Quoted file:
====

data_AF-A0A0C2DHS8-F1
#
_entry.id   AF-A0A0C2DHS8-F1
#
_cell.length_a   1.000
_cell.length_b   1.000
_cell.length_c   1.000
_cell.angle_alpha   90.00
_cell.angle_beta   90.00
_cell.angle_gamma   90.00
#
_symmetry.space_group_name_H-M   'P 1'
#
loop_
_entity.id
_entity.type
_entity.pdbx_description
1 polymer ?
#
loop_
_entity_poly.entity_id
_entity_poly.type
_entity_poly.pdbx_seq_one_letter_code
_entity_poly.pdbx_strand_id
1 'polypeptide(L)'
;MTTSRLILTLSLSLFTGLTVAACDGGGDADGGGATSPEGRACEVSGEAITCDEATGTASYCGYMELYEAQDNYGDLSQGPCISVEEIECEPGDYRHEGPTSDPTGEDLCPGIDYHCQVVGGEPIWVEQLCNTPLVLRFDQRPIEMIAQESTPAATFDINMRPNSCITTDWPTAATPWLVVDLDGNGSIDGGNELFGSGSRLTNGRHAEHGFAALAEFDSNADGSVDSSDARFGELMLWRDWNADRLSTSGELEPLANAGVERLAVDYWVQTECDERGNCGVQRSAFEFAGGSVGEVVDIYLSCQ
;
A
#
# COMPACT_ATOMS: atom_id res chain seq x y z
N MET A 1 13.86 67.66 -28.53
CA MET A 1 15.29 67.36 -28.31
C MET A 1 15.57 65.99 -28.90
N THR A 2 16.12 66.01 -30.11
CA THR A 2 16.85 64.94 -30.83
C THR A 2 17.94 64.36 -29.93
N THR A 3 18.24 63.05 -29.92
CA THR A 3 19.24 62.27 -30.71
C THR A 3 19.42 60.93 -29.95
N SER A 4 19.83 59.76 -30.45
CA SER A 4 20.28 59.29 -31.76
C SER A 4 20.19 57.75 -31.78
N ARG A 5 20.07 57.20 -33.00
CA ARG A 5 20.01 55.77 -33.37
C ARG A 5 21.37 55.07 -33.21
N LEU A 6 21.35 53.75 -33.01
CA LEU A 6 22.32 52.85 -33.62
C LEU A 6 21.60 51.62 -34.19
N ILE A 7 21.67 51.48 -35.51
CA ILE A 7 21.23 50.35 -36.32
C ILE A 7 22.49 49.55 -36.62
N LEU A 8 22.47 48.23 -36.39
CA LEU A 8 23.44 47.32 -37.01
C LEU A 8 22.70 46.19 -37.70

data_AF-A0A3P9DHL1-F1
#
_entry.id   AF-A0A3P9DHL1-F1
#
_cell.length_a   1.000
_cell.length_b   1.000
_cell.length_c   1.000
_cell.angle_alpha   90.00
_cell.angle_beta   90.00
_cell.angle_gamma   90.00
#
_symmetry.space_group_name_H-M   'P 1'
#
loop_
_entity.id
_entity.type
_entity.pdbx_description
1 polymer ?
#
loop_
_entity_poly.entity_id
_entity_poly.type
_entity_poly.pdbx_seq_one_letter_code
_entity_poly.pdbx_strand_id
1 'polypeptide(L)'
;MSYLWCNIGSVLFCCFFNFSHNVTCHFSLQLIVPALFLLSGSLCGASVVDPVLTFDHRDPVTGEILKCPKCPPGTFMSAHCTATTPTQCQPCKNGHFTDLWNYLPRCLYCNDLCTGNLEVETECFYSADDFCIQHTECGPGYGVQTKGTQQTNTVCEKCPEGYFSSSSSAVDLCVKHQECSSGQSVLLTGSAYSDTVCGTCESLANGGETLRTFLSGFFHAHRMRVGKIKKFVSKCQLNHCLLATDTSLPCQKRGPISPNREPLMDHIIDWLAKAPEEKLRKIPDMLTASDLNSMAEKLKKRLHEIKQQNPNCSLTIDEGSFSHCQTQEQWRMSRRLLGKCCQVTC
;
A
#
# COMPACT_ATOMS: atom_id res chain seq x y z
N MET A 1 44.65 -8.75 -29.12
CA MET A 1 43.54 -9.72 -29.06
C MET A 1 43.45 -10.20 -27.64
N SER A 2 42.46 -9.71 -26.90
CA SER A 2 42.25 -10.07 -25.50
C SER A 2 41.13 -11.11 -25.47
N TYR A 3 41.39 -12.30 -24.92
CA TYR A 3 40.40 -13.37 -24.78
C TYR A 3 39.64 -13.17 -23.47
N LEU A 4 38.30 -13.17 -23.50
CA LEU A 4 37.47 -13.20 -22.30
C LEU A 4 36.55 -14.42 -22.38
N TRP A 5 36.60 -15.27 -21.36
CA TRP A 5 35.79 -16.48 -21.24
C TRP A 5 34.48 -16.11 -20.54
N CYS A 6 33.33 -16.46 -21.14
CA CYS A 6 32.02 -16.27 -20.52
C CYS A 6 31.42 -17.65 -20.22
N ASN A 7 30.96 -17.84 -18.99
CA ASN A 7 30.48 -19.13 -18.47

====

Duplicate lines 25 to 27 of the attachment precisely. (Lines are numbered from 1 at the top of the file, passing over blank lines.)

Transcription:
1 'polypeptide(L)'
;MTTSRLILTLSLSLFTGLTVAACDGGGDADGGGATSPEGRACEVSGEAITCDEATGTASYCGYMELYEAQDNYGDLSQGPCISVEEIECEPGDYRHEGPTSDPTGEDLCPGIDYHCQVVGGEPIWVEQLCNTPLVLRFDQRPIEMIAQESTPAATFDINMRPNSCITTDWPTAATPWLVVDLDGNGSIDGGNELFGSGSRLTNGRHAEHGFAALAEFDSNADGSVDSSDARFGELMLWRDWNADRLSTSGELEPLANAGVERLAVDYWVQTECDERGNCGVQRSAFEFAGGSVGEVVDIYLSCQ
;